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Re: bauplan convergence



At 02:25 AM 6/17/00 -0700, Scott Hartman wrote:
Gravity can get ANYBODY to the ground that leaps out of a tree.

Gravity, air, and a little extra skin on the arms gets you >>parachuting.

But parachuting doesn't require that you flap.

Actually, while the term "parachuting" is bandied about by many when discussing incipient levels of gliding, this usage is innappropriate. Balda et al. (1984 Archaeopteryx conference volume)provide a more aerodynamically correct definition of parachuting as a method to slow descent using only drag (or at least where lift is negligable). Animals that can glide at a measly 45 degree angle from the horizontal are still creating lift at an impressive 70% of body mass. Few, if any animals qualify as parachuters (although perhaps flying frogs are an exception?) That's why flying squirrells and snakes have flat bottoms but round(er) tops.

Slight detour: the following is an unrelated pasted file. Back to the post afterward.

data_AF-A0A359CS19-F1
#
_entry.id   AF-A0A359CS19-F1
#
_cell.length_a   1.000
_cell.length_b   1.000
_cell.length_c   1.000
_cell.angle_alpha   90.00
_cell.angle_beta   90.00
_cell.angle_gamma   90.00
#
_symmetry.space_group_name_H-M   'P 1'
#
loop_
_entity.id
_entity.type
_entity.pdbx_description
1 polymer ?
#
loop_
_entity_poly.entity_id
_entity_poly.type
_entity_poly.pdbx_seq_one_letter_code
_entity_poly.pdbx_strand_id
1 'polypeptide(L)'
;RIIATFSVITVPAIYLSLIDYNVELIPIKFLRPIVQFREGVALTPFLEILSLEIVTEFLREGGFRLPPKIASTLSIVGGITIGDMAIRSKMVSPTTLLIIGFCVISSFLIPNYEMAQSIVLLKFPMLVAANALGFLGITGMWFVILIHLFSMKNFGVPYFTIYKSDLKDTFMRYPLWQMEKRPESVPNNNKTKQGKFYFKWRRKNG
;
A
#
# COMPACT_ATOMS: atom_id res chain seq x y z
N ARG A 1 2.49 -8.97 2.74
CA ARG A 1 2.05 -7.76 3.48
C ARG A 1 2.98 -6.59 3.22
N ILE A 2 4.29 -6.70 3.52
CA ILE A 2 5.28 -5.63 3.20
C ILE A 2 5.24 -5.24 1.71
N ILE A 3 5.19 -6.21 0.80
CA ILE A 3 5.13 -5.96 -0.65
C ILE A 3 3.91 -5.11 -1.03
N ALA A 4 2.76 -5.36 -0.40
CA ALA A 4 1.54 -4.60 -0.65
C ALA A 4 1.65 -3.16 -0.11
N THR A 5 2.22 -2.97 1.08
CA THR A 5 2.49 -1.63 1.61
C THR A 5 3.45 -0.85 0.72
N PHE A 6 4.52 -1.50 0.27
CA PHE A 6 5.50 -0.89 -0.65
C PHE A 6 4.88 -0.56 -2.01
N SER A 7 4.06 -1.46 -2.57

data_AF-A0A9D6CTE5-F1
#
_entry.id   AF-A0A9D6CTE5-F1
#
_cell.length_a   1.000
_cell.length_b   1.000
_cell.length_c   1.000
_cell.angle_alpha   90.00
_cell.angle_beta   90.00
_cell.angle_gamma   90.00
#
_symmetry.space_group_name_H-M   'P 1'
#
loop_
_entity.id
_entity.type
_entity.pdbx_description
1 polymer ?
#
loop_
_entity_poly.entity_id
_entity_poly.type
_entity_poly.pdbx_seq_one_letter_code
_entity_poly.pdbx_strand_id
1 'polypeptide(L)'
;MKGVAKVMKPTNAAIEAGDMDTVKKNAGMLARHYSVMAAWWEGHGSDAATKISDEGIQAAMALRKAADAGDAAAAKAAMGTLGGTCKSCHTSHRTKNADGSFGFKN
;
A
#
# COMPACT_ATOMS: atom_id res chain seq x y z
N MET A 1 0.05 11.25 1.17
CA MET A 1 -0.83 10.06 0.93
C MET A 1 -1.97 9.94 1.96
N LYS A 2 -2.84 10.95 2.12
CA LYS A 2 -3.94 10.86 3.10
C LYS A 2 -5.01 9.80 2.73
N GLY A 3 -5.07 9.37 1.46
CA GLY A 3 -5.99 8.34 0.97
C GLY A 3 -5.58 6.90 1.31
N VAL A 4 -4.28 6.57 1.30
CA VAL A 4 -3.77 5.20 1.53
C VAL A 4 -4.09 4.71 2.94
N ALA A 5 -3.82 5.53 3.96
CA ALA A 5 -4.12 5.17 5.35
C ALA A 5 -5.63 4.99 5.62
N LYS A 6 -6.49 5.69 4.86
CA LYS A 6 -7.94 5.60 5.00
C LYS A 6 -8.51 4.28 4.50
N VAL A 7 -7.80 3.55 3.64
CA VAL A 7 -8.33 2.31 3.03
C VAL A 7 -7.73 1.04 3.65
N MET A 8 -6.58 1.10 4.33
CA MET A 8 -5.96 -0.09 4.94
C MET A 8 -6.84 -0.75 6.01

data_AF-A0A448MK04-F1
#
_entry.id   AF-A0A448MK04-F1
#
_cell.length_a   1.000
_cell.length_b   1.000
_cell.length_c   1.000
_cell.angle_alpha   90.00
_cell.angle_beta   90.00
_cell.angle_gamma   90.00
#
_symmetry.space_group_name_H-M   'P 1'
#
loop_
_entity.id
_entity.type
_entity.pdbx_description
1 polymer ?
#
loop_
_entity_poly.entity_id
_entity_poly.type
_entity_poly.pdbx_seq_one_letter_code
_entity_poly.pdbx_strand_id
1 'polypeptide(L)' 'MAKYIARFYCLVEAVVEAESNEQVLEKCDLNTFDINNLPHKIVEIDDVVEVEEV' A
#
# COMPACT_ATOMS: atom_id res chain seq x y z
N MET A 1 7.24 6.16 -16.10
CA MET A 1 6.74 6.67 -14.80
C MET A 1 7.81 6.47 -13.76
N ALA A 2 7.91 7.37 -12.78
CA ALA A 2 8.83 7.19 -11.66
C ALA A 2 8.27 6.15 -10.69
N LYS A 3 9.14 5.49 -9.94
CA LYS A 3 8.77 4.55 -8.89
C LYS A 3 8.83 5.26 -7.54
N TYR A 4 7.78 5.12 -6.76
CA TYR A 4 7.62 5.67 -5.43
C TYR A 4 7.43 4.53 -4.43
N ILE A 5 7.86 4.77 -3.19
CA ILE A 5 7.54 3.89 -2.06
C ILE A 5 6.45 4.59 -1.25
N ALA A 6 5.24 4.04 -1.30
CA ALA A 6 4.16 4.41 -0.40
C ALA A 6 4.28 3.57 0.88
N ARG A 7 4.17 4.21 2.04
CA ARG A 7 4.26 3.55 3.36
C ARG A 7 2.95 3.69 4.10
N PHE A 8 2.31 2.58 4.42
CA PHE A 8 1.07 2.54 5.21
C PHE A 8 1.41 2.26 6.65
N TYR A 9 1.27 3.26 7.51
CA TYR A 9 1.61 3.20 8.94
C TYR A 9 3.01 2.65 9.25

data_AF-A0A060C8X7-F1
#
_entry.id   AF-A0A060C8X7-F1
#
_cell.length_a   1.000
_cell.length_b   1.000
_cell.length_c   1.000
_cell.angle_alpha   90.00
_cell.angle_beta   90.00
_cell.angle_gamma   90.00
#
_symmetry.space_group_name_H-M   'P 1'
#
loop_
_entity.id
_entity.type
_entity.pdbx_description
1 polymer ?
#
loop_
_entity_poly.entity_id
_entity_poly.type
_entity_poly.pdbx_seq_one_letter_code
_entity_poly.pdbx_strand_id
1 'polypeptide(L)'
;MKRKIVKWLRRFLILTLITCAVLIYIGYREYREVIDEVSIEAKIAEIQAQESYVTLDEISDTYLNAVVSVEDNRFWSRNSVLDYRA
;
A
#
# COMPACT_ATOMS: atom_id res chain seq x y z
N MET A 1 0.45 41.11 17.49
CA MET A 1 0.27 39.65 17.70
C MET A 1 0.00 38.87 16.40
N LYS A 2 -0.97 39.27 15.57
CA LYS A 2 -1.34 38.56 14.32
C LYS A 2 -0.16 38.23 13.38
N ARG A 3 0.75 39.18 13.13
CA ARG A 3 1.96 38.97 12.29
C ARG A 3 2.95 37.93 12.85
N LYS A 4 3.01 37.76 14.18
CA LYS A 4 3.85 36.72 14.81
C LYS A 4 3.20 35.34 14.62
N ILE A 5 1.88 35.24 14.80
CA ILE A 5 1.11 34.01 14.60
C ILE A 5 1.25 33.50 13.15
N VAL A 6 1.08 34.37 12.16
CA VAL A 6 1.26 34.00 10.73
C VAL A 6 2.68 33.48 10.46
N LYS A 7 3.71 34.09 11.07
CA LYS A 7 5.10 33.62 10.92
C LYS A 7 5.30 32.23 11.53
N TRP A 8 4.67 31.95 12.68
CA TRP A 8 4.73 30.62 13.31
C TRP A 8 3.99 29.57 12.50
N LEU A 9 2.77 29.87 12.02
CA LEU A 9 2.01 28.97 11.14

I am aware of the difference. I was thinking that drag-based reduction of fall rates might precede the more specific adaptations establishing lift surfaces.


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May the peace of God be with you.         sarima@ix.netcom.com